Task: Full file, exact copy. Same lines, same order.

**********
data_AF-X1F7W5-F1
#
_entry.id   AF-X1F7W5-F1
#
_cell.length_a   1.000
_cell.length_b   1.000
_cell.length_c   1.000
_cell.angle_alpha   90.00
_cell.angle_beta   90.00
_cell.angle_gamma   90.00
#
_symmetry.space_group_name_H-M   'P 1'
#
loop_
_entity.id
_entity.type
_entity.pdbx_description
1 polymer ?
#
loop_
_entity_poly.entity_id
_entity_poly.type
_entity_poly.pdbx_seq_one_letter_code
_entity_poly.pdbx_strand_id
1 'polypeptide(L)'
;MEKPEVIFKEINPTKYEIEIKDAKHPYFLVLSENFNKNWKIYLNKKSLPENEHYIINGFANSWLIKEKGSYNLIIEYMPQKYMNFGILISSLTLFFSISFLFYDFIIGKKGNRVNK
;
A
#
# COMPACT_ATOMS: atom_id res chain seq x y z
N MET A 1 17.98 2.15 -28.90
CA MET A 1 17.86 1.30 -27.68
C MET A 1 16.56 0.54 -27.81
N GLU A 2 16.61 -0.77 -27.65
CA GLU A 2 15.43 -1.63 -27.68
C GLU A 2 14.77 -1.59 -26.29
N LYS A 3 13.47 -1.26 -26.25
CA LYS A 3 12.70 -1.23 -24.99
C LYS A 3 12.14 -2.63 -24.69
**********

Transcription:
data_AF-X1F7W5-F1
#
_entry.id   AF-X1F7W5-F1
#
_cell.length_a   1.000
_cell.length_b   1.000
_cell.length_c   1.000
_cell.angle_alpha   90.00
_cell.angle_beta   90.00
_cell.angle_gamma   90.00
#
_symmetry.space_group_name_H-M   'P 1'
#
loop_
_entity.id
_entity.type
_entity.pdbx_description
1 polymer ?
#
loop_
_entity_poly.entity_id
_entity_poly.type
_entity_poly.pdbx_seq_one_letter_code
_entity_poly.pdbx_strand_id
1 'polypeptide(L)'
;MEKPEVIFKEINPTKYEIEIKDAKHPYFLVLSENFNKNWKIYLNKKSLPENEHYIINGFANSWLIKEKGSYNLIIEYMPQKYMNFGILISSLTLFFSISFLFYDFIIGKKGNRVNK
;
A
#
# COMPACT_ATOMS: atom_id res chain seq x y z
N MET A 1 17.98 2.15 -28.90
CA MET A 1 17.86 1.30 -27.68
C MET A 1 16.56 0.54 -27.81
N GLU A 2 16.61 -0.77 -27.65
CA GLU A 2 15.43 -1.63 -27.68
C GLU A 2 14.77 -1.59 -26.29
N LYS A 3 13.47 -1.26 -26.25
CA LYS A 3 12.70 -1.23 -24.99
C LYS A 3 12.14 -2.63 -24.69